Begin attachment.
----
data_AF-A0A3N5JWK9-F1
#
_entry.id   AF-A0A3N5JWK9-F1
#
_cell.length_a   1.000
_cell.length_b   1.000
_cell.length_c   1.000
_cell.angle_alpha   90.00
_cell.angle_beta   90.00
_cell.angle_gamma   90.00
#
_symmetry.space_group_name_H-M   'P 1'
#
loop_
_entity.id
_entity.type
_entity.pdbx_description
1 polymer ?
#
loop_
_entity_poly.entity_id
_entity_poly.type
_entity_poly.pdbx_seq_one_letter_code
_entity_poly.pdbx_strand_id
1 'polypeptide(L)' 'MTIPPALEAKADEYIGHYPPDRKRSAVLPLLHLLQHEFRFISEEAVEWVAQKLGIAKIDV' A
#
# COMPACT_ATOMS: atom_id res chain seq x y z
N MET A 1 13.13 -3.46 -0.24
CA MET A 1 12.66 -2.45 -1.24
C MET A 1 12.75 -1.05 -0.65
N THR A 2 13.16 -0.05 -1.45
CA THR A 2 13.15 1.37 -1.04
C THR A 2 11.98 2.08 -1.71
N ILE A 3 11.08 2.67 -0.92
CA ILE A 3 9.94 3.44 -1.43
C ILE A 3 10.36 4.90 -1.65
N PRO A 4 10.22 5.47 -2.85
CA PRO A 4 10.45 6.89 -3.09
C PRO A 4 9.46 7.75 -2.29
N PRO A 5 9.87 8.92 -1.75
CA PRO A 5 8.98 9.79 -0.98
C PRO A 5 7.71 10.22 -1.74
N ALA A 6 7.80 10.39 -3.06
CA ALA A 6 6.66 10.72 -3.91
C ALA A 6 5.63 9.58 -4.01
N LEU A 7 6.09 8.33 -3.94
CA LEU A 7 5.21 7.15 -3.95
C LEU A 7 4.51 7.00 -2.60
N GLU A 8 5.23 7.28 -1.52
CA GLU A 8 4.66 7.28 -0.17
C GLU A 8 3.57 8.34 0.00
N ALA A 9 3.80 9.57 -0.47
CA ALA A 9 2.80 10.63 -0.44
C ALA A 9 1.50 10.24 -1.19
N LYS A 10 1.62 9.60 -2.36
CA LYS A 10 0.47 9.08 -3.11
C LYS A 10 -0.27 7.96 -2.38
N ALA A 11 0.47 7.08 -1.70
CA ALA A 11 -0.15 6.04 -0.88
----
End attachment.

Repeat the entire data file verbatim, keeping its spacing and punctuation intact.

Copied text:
data_AF-A0A3N5JWK9-F1
#
_entry.id   AF-A0A3N5JWK9-F1
#
_cell.length_a   1.000
_cell.length_b   1.000
_cell.length_c   1.000
_cell.angle_alpha   90.00
_cell.angle_beta   90.00
_cell.angle_gamma   90.00
#
_symmetry.space_group_name_H-M   'P 1'
#
loop_
_entity.id
_entity.type
_entity.pdbx_description
1 polymer ?
#
loop_
_entity_poly.entity_id
_entity_poly.type
_entity_poly.pdbx_seq_one_letter_code
_entity_poly.pdbx_strand_id
1 'polypeptide(L)' 'MTIPPALEAKADEYIGHYPPDRKRSAVLPLLHLLQHEFRFISEEAVEWVAQKLGIAKIDV' A
#
# COMPACT_ATOMS: atom_id res chain seq x y z
N MET A 1 13.13 -3.46 -0.24
CA MET A 1 12.66 -2.45 -1.24
C MET A 1 12.75 -1.05 -0.65
N THR A 2 13.16 -0.05 -1.45
CA THR A 2 13.15 1.37 -1.04
C THR A 2 11.98 2.08 -1.71
N ILE A 3 11.08 2.67 -0.92
CA ILE A 3 9.94 3.44 -1.43
C ILE A 3 10.36 4.90 -1.65
N PRO A 4 10.22 5.47 -2.85
CA PRO A 4 10.45 6.89 -3.09
C PRO A 4 9.46 7.75 -2.29
N PRO A 5 9.87 8.92 -1.75
CA PRO A 5 8.98 9.79 -0.98
C PRO A 5 7.71 10.22 -1.74
N ALA A 6 7.80 10.39 -3.06
CA ALA A 6 6.66 10.72 -3.91
C ALA A 6 5.63 9.58 -4.01
N LEU A 7 6.09 8.33 -3.94
CA LEU A 7 5.21 7.15 -3.95
C LEU A 7 4.51 7.00 -2.60
N GLU A 8 5.23 7.28 -1.52
CA GLU A 8 4.66 7.28 -0.17
C GLU A 8 3.57 8.34 0.00
N ALA A 9 3.80 9.57 -0.47
CA ALA A 9 2.80 10.63 -0.44
C ALA A 9 1.50 10.24 -1.19
N LYS A 10 1.62 9.60 -2.36
CA LYS A 10 0.47 9.08 -3.11
C LYS A 10 -0.27 7.96 -2.38
N ALA A 11 0.47 7.08 -1.70
CA ALA A 11 -0.15 6.04 -0.88